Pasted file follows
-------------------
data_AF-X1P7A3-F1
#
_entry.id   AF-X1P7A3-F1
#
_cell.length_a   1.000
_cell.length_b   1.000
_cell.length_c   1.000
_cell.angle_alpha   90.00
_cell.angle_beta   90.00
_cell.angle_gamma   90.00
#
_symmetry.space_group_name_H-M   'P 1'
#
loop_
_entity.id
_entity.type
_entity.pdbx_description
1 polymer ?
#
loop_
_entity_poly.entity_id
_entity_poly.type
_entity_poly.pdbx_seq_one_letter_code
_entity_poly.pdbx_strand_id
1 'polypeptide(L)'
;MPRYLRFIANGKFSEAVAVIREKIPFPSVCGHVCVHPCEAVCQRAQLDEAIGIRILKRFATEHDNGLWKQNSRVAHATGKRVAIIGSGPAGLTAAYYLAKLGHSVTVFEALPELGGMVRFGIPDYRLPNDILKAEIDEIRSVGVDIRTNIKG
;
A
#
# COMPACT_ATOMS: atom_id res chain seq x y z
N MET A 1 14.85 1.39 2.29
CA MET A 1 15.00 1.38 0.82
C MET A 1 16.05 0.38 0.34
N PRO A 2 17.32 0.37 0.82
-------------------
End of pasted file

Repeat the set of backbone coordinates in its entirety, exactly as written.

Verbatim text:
data_AF-X1P7A3-F1
#
_entry.id   AF-X1P7A3-F1
#
_cell.length_a   1.000
_cell.length_b   1.000
_cell.length_c   1.000
_cell.angle_alpha   90.00
_cell.angle_beta   90.00
_cell.angle_gamma   90.00
#
_symmetry.space_group_name_H-M   'P 1'
#
loop_
_entity.id
_entity.type
_entity.pdbx_description
1 polymer ?
#
loop_
_entity_poly.entity_id
_entity_poly.type
_entity_poly.pdbx_seq_one_letter_code
_entity_poly.pdbx_strand_id
1 'polypeptide(L)'
;MPRYLRFIANGKFSEAVAVIREKIPFPSVCGHVCVHPCEAVCQRAQLDEAIGIRILKRFATEHDNGLWKQNSRVAHATGKRVAIIGSGPAGLTAAYYLAKLGHSVTVFEALPELGGMVRFGIPDYRLPNDILKAEIDEIRSVGVDIRTNIKG
;
A
#
# COMPACT_ATOMS: atom_id res chain seq x y z
N MET A 1 14.85 1.39 2.29
CA MET A 1 15.00 1.38 0.82
C MET A 1 16.05 0.38 0.34
N PRO A 2 17.32 0.37 0.82